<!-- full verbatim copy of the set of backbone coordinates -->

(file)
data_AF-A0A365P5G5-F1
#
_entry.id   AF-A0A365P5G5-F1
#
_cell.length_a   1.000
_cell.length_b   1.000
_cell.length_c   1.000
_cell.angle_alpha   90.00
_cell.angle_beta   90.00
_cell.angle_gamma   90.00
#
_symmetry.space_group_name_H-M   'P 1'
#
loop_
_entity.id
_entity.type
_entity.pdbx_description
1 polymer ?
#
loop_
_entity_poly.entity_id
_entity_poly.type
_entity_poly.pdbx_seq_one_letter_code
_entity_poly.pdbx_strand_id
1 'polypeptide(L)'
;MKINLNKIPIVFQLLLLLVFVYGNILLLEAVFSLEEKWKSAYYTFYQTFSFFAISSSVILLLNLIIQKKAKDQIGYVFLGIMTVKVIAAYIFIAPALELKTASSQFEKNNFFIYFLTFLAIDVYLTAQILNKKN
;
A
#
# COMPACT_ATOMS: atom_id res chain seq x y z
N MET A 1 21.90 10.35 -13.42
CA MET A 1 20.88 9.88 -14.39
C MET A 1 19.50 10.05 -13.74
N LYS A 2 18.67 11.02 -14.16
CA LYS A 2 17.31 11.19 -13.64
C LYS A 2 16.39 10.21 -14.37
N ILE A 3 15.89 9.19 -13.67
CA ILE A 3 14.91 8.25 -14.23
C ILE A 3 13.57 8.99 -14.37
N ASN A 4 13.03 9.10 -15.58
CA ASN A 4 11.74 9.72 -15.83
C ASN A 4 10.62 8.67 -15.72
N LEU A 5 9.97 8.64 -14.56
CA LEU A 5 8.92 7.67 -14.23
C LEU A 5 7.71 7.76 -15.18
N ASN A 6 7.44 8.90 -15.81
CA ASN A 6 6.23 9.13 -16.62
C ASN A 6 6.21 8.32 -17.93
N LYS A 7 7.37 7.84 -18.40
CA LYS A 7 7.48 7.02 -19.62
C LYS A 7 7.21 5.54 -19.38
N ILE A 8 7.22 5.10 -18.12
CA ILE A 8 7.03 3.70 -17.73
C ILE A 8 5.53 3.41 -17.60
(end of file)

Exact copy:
data_AF-A0A365P5G5-F1
#
_entry.id   AF-A0A365P5G5-F1
#
_cell.length_a   1.000
_cell.length_b   1.000
_cell.length_c   1.000
_cell.angle_alpha   90.00
_cell.angle_beta   90.00
_cell.angle_gamma   90.00
#
_symmetry.space_group_name_H-M   'P 1'
#
loop_
_entity.id
_entity.type
_entity.pdbx_description
1 polymer ?
#
loop_
_entity_poly.entity_id
_entity_poly.type
_entity_poly.pdbx_seq_one_letter_code
_entity_poly.pdbx_strand_id
1 'polypeptide(L)'
;MKINLNKIPIVFQLLLLLVFVYGNILLLEAVFSLEEKWKSAYYTFYQTFSFFAISSSVILLLNLIIQKKAKDQIGYVFLGIMTVKVIAAYIFIAPALELKTASSQFEKNNFFIYFLTFLAIDVYLTAQILNKKN
;
A
#
# COMPACT_ATOMS: atom_id res chain seq x y z
N MET A 1 21.90 10.35 -13.42
CA MET A 1 20.88 9.88 -14.39
C MET A 1 19.50 10.05 -13.74
N LYS A 2 18.67 11.02 -14.16
CA LYS A 2 17.31 11.19 -13.64
C LYS A 2 16.39 10.21 -14.37
N ILE A 3 15.89 9.19 -13.67
CA ILE A 3 14.91 8.25 -14.23
C ILE A 3 13.57 8.99 -14.37
N ASN A 4 13.03 9.10 -15.58
CA ASN A 4 11.74 9.72 -15.83
C ASN A 4 10.62 8.67 -15.72
N LEU A 5 9.97 8.64 -14.56
CA LEU A 5 8.92 7.67 -14.23
C LEU A 5 7.71 7.76 -15.18
N ASN A 6 7.44 8.90 -15.81
CA ASN A 6 6.23 9.13 -16.62
C ASN A 6 6.21 8.32 -17.93
N LYS A 7 7.37 7.84 -18.40
CA LYS A 7 7.48 7.02 -19.62
C LYS A 7 7.21 5.54 -19.38
N ILE A 8 7.22 5.10 -18.12
CA ILE A 8 7.03 3.70 -17.73
C ILE A 8 5.53 3.41 -17.60